RaveLibrary Journal... the author treats the victims, gay men murdered in the early 1990s, who were picked up at gay bars in New York City, with respect, describing how they shared an identity that left them vulnerable not only to a sadistic criminal but also to indifference and sometimes open hostility from those charged with solving their murders. These crimes have been covered before, but Green sets his work apart by offering nuanced portraits of the victims and exploring how they navigated lives that led them to the bars that might have seemed like safe spaces but turned out to be anything but ... Reflecting both its author’s compassion and journalistic chops, this gripping narrative also focuses on forensic innovation and jurisdictional intrigue ... A stellar tale of justice eluded, to add to the growing queer true crime genre justice.
PositiveLibrary JournalMachell intersperses his gripping account with Jackley’s journal entries and manifestos, which offer prescient predictions about social and economic issues ... Machell is sympathetic, detailing his subject’s difficult childhood—raised by a mother with schizophrenia and a domineering father, Jackley struggled to make friends, and his Asperger’s syndrome went undiagnosed for years. However, the author stresses that neither these challenges nor Jackley’s noble motivations excuse his violence ... With nuance and sensitivity, Machell has profiled a young man who, like a canary in a coal mine, offered warnings about impending financial, political, and ecological reckonings.
PositiveLibrary JournalCannell expertly interweaves stories of Reles and other gangsters with those of the police, prosecutors, and even Mayor Fiorello La Guardia, whose campaign promises included dismantling Murder, Inc. and prosecuting Reles and company. Reles was responsible for the shockingly cruel deaths of upward of 50 people, described in vivid detail by Cannell. Though well researched, the book suffers at times from an overuse of adjectives, perhaps mimicking the pulp true crime fashionable in the era of Murder, Inc. While it is Italian American gangsters who are most remembered today, Cannell reminds readers of an era when many other first-generation immigrants of different ethnic backgrounds found success in the underworld. His narrative serves as a who’s who of prewar Jewish assassins, although the work leans more toward titillation than social anthropology. Cannell also examines the mystery of Reles’s death, which would have long-term consequences for the district attorney who convinced Reles to turn state’s witness ... Will resonate with fans of the true crime genre, and mob and crime history.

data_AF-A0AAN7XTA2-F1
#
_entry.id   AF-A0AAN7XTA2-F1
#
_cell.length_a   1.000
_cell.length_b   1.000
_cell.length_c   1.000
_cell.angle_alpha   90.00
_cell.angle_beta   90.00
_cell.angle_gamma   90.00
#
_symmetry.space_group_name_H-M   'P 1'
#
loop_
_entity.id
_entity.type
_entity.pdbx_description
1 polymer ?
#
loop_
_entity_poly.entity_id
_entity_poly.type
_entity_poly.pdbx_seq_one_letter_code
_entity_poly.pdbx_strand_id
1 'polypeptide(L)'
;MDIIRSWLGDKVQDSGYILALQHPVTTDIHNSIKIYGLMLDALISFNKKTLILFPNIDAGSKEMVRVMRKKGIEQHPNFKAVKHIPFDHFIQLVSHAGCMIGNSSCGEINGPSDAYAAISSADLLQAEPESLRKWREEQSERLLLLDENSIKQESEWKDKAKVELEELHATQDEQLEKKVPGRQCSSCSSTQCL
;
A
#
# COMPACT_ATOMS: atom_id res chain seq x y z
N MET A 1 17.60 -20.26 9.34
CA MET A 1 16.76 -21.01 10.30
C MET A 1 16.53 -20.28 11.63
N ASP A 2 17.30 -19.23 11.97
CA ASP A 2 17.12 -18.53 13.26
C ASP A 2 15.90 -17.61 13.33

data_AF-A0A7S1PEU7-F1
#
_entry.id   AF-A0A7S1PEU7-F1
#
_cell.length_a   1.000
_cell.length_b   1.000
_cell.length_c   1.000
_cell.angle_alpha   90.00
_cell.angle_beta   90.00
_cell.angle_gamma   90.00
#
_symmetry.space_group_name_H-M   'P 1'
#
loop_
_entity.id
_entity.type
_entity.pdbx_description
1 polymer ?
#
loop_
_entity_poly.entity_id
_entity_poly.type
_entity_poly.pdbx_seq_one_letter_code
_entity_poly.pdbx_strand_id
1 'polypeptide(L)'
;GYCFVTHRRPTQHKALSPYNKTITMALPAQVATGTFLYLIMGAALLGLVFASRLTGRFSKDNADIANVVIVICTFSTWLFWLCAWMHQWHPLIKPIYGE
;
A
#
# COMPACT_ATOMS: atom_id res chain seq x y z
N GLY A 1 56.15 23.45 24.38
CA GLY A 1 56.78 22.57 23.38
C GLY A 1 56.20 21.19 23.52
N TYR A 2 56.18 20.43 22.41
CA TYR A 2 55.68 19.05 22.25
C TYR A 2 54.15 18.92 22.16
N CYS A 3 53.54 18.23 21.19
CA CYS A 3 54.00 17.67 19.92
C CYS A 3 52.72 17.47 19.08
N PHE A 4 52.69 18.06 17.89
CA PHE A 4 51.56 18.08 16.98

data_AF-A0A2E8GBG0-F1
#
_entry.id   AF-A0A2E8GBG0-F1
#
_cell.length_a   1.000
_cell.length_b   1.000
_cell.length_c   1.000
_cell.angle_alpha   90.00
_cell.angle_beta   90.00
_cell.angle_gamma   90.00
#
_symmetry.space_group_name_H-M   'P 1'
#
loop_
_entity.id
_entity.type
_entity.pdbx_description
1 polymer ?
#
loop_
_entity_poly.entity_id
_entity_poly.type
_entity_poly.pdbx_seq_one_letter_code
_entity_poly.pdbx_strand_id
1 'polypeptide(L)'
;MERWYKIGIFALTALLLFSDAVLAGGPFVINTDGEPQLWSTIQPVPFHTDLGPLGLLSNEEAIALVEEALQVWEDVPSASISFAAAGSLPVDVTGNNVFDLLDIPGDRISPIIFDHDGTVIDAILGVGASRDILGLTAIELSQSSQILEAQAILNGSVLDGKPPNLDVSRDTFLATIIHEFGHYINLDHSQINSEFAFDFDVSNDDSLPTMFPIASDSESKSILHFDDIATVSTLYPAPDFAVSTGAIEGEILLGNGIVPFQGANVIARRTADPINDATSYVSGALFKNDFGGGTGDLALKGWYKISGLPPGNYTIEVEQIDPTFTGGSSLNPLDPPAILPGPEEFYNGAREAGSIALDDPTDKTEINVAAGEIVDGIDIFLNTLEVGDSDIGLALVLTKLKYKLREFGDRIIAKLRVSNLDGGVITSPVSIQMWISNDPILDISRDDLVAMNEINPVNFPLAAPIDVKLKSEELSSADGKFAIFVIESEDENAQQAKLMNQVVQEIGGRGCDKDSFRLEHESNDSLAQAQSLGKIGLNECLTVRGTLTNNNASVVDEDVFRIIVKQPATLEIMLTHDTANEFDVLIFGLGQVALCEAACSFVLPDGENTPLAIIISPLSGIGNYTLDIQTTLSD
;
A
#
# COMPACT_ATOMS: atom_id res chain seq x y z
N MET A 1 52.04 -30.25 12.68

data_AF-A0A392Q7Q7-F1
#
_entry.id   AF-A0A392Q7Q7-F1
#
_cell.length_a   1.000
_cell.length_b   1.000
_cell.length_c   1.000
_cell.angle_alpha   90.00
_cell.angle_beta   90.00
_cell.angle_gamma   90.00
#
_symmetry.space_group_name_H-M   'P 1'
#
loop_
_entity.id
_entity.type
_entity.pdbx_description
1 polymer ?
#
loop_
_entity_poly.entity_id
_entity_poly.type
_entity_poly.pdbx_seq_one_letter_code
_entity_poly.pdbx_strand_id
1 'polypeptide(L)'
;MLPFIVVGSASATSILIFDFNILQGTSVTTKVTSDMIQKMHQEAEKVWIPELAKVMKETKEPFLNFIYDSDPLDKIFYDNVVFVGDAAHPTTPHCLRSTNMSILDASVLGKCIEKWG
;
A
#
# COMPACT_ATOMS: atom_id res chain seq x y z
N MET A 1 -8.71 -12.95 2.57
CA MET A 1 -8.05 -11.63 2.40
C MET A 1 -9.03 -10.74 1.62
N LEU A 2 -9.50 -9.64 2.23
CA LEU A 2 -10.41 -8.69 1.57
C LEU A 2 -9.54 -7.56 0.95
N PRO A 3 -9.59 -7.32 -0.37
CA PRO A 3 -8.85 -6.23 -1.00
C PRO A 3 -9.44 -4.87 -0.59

Doug J. Swanson
RaveLibrary JournalSwanson is adept at holding readers’ interest in a sweeping narrative, all the while allowing a nuanced understanding of these myths. The book loses some momentum in the final chapters in telling 20th-century history; by then the myths were ingrained in public imagination ... In an era in which some desire a return to a perceived greatness, books like this remind us greatness is often reliant on the selective memory of storytellers.
RaveThe Library JournalThough Bowden...notes that crime stories serve to titillate, he proves that the genre is more than voyeuristic thrills. The six pieces found here, taken from over the course of the author’s career as a crime reporter, are uncomfortably thrilling—as good crime writing should be—but they contain insights into our often sexist and racist society, the criminal justice system, and who gets the privilege of having their stories told and believed ... This true crime master expands the limits of the genre, digging to find answers and revealing that even the most horrific crimes are often linked to a larger story about America.
RaveLibrary JournalCohen doesn’t necessarily defend urban renewal, instead using Logue’s story to provide insight behind the policies ... One of America’s most controversial policies as seen through the career of one of its most outspoken advocates; an essential read.
William D. Cohan
RaveLibrary JournalCohan is adept at relating how a combination of family background and attending one of the most prestigious prep schools in the country helped shape the lives of these four men ... Cohan is a masterful biographer, even if the occasional slip into armchair cultural anthropologist misses the mark. His detailed research spans newspaper accounts and school records to weave a full narrative of privilege and tragedy.